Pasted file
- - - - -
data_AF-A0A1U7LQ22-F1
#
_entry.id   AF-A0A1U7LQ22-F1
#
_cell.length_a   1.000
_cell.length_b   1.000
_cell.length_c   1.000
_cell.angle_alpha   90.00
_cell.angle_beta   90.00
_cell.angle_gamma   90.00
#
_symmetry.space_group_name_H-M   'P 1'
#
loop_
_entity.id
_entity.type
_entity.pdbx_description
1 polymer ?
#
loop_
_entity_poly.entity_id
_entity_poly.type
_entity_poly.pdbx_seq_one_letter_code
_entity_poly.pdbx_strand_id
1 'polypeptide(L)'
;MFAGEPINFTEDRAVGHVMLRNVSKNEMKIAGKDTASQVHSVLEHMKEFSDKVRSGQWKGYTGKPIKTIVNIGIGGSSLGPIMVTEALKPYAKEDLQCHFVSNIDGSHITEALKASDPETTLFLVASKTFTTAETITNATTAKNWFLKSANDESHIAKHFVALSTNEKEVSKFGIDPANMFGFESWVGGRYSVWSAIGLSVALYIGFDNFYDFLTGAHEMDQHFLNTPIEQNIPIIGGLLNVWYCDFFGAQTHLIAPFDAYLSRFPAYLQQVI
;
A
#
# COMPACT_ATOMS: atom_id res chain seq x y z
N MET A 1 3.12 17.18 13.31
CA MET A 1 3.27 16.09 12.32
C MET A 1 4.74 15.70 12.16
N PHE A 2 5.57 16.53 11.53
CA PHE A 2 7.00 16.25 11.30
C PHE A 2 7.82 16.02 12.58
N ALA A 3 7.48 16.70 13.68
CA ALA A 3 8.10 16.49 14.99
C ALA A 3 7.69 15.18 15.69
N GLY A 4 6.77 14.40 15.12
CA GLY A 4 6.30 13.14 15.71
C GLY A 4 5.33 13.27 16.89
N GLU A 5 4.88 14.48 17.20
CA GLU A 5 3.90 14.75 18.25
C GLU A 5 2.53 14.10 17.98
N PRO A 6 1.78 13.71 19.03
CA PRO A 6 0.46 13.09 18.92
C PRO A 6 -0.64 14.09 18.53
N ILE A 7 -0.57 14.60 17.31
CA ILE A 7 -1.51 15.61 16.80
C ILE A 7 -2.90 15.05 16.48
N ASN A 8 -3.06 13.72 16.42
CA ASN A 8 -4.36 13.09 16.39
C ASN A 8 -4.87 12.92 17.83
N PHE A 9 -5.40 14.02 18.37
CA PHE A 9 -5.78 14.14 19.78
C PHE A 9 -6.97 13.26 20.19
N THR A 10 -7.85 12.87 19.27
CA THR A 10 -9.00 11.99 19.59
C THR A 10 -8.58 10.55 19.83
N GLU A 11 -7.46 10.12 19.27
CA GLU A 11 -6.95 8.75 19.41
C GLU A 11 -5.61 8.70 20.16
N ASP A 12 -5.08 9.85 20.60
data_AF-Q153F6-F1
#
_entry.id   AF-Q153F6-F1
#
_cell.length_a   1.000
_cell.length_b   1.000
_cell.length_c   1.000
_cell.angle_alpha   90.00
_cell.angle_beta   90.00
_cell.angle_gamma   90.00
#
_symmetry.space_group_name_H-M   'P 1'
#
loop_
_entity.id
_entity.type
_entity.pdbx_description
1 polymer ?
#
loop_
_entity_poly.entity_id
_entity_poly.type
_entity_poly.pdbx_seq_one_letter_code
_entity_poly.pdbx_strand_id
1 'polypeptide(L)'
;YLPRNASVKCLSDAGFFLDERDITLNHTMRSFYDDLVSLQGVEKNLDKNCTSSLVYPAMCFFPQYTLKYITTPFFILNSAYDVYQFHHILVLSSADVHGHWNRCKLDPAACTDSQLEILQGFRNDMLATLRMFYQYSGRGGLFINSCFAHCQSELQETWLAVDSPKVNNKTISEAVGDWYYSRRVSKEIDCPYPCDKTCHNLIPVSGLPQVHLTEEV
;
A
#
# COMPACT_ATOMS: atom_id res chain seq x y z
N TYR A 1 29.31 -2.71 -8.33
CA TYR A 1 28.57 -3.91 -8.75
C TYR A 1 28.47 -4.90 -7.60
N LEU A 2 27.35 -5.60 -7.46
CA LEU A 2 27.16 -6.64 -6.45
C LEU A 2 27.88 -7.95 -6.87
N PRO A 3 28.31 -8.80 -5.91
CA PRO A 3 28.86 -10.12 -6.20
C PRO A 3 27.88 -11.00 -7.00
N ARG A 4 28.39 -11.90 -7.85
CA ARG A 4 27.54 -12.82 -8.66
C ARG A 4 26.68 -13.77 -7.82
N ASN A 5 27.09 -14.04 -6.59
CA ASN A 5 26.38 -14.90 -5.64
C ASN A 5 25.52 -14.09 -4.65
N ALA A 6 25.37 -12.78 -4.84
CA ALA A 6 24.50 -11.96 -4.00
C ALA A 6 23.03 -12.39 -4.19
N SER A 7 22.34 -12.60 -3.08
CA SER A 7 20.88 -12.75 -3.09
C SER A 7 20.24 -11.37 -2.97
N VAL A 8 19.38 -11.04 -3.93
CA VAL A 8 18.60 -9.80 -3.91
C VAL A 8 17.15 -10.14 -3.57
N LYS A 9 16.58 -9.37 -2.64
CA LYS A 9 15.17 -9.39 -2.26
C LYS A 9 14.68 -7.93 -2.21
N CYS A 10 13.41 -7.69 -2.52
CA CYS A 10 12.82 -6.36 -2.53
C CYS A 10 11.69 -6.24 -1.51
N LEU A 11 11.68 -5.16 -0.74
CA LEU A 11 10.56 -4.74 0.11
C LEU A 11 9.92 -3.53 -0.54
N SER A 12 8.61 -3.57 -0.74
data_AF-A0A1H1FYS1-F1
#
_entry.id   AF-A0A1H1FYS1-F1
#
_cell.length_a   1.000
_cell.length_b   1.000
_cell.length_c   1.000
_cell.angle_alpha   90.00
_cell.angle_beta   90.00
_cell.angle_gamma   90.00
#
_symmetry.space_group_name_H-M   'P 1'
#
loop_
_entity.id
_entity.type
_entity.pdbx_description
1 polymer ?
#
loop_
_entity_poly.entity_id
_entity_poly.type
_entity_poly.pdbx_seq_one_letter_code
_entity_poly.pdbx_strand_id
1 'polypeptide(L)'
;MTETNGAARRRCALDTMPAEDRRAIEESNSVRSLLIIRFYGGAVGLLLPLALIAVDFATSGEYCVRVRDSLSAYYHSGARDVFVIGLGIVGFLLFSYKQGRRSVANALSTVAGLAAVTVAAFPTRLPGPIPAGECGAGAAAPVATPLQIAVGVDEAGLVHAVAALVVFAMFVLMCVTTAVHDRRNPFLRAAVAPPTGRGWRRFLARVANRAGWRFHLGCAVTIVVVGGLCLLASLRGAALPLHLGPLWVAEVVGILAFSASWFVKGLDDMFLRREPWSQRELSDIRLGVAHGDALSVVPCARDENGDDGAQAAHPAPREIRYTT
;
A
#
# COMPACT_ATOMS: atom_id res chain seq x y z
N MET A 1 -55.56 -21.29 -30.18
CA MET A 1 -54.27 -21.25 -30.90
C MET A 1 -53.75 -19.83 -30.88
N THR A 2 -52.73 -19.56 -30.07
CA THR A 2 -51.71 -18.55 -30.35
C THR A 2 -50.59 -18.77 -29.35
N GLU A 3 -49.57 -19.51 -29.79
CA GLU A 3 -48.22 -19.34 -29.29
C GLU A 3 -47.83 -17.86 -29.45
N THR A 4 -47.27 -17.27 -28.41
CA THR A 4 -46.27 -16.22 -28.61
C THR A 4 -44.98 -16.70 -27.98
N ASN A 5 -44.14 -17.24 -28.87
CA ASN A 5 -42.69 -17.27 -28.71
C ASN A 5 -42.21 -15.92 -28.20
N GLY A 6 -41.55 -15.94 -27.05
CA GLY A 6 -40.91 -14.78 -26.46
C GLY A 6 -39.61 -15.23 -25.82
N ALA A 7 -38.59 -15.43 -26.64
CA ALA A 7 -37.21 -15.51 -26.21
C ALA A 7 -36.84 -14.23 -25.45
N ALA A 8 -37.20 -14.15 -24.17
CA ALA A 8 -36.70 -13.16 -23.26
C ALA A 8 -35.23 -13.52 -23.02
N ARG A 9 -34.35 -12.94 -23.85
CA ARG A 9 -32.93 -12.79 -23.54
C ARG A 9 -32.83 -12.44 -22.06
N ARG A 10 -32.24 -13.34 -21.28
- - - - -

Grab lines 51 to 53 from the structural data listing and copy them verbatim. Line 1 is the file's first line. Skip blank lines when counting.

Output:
C ILE A 7 -2.90 15.05 16.48
N ASN A 8 -3.06 13.72 16.42
CA ASN A 8 -4.36 13.09 16.39